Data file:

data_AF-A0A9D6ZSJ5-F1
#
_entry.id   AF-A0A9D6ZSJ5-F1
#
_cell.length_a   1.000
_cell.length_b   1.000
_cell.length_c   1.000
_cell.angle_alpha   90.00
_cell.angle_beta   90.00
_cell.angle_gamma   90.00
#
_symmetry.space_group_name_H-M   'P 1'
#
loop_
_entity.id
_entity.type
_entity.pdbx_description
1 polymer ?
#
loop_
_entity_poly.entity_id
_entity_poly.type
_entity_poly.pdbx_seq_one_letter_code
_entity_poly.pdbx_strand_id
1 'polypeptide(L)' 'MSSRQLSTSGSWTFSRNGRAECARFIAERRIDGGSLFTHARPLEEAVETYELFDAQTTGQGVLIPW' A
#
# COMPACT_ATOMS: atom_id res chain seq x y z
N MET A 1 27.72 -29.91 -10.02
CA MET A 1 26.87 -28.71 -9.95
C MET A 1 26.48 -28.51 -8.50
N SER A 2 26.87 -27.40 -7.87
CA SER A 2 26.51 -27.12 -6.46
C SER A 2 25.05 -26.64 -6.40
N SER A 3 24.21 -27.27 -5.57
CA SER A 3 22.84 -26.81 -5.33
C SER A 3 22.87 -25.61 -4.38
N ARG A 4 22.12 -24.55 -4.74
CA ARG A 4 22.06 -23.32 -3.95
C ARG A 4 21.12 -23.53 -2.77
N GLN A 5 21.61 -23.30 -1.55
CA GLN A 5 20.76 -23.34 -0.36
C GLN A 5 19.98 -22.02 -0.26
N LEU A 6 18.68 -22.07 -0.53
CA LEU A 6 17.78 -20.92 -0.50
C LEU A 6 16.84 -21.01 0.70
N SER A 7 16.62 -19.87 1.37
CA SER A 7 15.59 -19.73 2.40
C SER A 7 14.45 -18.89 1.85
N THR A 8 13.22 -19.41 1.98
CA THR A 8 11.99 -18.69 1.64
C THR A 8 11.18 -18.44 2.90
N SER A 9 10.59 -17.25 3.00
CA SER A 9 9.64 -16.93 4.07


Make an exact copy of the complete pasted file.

data_AF-A0A9D6ZSJ5-F1
#
_entry.id   AF-A0A9D6ZSJ5-F1
#
_cell.length_a   1.000
_cell.length_b   1.000
_cell.length_c   1.000
_cell.angle_alpha   90.00
_cell.angle_beta   90.00
_cell.angle_gamma   90.00
#
_symmetry.space_group_name_H-M   'P 1'
#
loop_
_entity.id
_entity.type
_entity.pdbx_description
1 polymer ?
#
loop_
_entity_poly.entity_id
_entity_poly.type
_entity_poly.pdbx_seq_one_letter_code
_entity_poly.pdbx_strand_id
1 'polypeptide(L)' 'MSSRQLSTSGSWTFSRNGRAECARFIAERRIDGGSLFTHARPLEEAVETYELFDAQTTGQGVLIPW' A
#
# COMPACT_ATOMS: atom_id res chain seq x y z
N MET A 1 27.72 -29.91 -10.02
CA MET A 1 26.87 -28.71 -9.95
C MET A 1 26.48 -28.51 -8.50
N SER A 2 26.87 -27.40 -7.87
CA SER A 2 26.51 -27.12 -6.46
C SER A 2 25.05 -26.64 -6.40
N SER A 3 24.21 -27.27 -5.57
CA SER A 3 22.84 -26.81 -5.33
C SER A 3 22.87 -25.61 -4.38
N ARG A 4 22.12 -24.55 -4.74
CA ARG A 4 22.06 -23.32 -3.95
C ARG A 4 21.12 -23.53 -2.77
N GLN A 5 21.61 -23.30 -1.55
CA GLN A 5 20.76 -23.34 -0.36
C GLN A 5 19.98 -22.02 -0.26
N LEU A 6 18.68 -22.07 -0.53
CA LEU A 6 17.78 -20.92 -0.50
C LEU A 6 16.84 -21.01 0.70
N SER A 7 16.62 -19.87 1.37
CA SER A 7 15.59 -19.73 2.40
C SER A 7 14.45 -18.89 1.85
N THR A 8 13.22 -19.41 1.98
CA THR A 8 11.99 -18.69 1.64
C THR A 8 11.18 -18.44 2.90
N SER A 9 10.59 -17.25 3.00
CA SER A 9 9.64 -16.93 4.07